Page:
Mr. Vaughan also angrily accuses Dr. El Moghazy of comments that are a slap in the face of those currently serving in our military. But El Moghazy never criticized women and men in the military–rather, his criticism was directed against the Administration that is dead-set on putting those brave men and women in harm’s way. It seems to me that it is no disrespect to our troops to try to keep them from being sent off to die in another dumb foreign war. If I were in the military, I’d rather have people support our troops by keeping me alive, rather than by giving me a medal after I’m dead.

Charles W. Johnson
Auburn Peace Project

We Are The Majority

Right-wing commentators often labor under the delusion that the range of acceptable opinion within their own media echo chamber is the same thing as the range of acceptable opinion among the people at large. They don’t care about, or even bother to seriously cover, major political demonstrations, so they do not realize how large the scope of such demonstrations can be. The newsmedia’s foreign policy positions are slanted far to the Right of the American populace (this has been demonstrated by social science research), so they think that the populace is overwhelmingly hawkish, too. This delusion applies on both the national and the local levels, and local Right-wing columnist Malcolm Cutchins put it on vivid display in his weekly column, where (rather than actually providing an argument for war on Iraq or against the charges made by anti-war advocates) he went on at some length about how few anti-war people he was aware of, and then speculating on how these peaceniks must be the twisted, degenerate products of a culture under siege. In response, I wrote a letter correcting some of his misstatements, and trying to refocus discussion towards issues that are actually relevant–i.e., is war right or wrong?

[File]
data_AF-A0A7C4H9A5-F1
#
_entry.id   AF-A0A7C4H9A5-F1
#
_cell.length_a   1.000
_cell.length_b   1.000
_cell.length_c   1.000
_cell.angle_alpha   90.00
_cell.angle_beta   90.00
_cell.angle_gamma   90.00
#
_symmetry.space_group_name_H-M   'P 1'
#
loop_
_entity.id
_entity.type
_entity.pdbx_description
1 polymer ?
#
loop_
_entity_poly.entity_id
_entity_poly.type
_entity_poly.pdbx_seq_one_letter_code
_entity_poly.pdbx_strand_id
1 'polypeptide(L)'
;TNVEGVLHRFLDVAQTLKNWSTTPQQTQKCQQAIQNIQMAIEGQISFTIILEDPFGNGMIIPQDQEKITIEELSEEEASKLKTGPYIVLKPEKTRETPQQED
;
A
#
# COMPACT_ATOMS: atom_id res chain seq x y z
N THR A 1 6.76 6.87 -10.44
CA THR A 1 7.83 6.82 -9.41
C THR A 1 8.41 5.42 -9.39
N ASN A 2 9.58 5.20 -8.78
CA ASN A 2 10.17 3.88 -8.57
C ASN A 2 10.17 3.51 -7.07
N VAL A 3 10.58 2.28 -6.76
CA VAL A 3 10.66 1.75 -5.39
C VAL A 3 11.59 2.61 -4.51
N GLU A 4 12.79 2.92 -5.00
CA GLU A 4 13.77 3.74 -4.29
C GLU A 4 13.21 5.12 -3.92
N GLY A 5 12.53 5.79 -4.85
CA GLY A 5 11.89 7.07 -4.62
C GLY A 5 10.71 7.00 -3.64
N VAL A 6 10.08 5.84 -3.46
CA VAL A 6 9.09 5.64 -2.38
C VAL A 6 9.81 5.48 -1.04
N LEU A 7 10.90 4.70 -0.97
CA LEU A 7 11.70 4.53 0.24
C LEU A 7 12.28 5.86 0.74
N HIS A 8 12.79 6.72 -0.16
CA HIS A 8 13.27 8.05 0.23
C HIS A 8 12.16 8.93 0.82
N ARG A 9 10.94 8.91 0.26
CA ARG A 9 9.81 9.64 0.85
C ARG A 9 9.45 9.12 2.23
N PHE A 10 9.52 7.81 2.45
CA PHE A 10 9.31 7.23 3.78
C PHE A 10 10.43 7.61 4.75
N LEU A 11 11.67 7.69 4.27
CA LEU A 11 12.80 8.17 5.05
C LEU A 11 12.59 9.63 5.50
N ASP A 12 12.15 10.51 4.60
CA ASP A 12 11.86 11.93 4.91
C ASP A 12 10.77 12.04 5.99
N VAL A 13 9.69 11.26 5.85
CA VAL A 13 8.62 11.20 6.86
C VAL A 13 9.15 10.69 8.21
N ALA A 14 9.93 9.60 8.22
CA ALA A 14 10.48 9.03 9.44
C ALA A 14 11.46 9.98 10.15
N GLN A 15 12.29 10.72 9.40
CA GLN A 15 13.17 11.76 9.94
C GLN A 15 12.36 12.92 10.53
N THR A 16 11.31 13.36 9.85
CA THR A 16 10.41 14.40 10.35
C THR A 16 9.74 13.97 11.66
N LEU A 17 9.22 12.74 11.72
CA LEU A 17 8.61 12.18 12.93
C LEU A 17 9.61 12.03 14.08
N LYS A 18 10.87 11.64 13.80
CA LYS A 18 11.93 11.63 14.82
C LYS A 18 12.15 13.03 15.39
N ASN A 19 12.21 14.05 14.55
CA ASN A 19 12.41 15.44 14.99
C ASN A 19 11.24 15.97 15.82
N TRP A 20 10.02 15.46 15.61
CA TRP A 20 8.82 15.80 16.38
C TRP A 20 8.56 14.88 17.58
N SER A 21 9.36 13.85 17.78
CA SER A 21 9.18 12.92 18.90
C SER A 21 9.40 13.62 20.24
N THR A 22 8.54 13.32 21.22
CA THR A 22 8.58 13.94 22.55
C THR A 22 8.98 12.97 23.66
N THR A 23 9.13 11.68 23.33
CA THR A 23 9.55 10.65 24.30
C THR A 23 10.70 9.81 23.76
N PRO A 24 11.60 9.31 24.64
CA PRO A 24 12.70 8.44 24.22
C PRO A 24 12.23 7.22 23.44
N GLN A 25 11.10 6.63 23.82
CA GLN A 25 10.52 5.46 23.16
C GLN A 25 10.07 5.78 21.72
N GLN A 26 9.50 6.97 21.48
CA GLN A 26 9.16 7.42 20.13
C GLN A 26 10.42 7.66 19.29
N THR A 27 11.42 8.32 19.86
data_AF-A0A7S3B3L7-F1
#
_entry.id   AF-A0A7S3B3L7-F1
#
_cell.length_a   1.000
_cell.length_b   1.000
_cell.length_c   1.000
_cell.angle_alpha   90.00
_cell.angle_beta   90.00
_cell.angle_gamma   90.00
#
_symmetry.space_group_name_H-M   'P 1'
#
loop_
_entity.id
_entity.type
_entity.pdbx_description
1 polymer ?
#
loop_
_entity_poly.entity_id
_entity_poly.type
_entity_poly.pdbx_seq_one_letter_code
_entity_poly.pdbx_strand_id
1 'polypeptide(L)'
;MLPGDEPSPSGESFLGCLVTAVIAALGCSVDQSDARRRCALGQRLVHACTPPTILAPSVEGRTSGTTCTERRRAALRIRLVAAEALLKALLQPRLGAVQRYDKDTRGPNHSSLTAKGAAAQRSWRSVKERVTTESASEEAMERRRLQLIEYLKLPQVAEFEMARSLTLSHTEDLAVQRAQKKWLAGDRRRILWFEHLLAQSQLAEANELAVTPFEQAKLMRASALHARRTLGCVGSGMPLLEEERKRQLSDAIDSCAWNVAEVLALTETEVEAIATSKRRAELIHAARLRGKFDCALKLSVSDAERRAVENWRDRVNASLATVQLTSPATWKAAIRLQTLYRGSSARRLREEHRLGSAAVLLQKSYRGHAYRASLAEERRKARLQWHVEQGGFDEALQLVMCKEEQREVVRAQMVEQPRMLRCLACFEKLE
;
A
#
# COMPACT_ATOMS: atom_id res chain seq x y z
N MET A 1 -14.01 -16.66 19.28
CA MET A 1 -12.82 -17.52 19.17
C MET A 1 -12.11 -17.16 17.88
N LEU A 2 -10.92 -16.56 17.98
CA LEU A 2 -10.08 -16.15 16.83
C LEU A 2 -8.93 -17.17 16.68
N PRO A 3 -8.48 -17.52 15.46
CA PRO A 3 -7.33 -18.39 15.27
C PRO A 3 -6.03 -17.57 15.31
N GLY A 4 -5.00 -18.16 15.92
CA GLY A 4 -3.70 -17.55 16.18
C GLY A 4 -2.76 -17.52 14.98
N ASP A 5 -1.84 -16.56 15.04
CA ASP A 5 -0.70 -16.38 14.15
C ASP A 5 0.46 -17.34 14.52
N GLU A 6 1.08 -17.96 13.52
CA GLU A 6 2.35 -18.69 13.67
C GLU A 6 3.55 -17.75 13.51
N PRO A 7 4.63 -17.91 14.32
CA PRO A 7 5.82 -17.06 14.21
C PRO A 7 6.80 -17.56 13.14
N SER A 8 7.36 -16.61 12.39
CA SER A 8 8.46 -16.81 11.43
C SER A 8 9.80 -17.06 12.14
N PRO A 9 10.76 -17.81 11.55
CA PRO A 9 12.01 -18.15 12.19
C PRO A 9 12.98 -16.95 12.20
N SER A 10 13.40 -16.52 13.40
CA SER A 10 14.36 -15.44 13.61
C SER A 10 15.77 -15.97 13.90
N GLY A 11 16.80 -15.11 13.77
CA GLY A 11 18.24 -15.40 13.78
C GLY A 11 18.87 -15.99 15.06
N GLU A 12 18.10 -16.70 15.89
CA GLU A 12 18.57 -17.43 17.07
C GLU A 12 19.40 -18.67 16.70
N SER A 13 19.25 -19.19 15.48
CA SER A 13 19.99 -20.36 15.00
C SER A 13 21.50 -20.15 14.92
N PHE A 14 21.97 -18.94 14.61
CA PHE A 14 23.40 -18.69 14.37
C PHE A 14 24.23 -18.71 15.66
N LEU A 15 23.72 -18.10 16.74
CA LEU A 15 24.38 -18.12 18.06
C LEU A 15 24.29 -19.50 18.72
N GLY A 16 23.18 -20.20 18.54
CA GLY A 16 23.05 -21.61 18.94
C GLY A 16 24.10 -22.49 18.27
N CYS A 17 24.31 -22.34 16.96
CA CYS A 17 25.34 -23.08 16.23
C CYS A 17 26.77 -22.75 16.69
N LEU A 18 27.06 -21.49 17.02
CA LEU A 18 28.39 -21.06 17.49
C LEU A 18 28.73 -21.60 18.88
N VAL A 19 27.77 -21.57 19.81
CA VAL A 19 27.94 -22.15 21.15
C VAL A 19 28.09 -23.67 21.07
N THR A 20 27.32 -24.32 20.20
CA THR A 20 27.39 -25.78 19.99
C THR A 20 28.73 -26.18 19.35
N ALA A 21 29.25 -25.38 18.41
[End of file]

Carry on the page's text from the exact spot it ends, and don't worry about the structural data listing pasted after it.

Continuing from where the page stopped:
Editors, Opelika-Auburn News:

Since I was at Toomer’s Corners when 250 people rallied for peace, and 100 people attended the candle-light vigil the following day, I was a bit puzzled to see Malcolm Cutchins dismiss Auburn peace efforts as a few candle holders.

Indeed, the Auburn rallies were part of a nation-wide call for peace, with 200,000 people marching in San Francisco, and half a million (500,000) marching in Washington–the largest peace demonstration in DC history. (Mr. Cutchins may find that rather small, but it was twice the size of the largest Vietnam-era peace march–ten times the 50,000 anti-abortion activists who marched later that week.)

What was even more puzzling was Cutchins’ attempt to portray the peace supporters as a few peaceniks, who only seem to outnumber the warhawks because of slanted media coverage.

In fact, the majority of Americans do not support war on Iraq.

Recent Zogby polls show more than half either actively oppose Mr. Bush’s rush to war (49%), or are unsure (4%). Warhawks are a large minority (47%), but they are still a minority. A strong majority of Americans (59%) oppose unilateral war. If peace supporters seem to be the majority, that’s because we are the majority.

Mr. Cutchins may think that he knows more about what most Americans believe than we do ourselves. But he can hardly expect us to agree with him.

Of course, popular causes are not always right. But in a democratic country, decisions that could condemn thousands to death should not be pushed through by an angry, vocal, hawkish minority. Before bombing kills thousands of Iraqi civilians–before our children come home in body-bags–the War Party needs to prove a specific threat that only war can stop. Until they give us that explanation, let’s step back and let the inspections work.

Sincerely,<br/> Charles W. Johnson<br/> Auburn Peace Project<br/>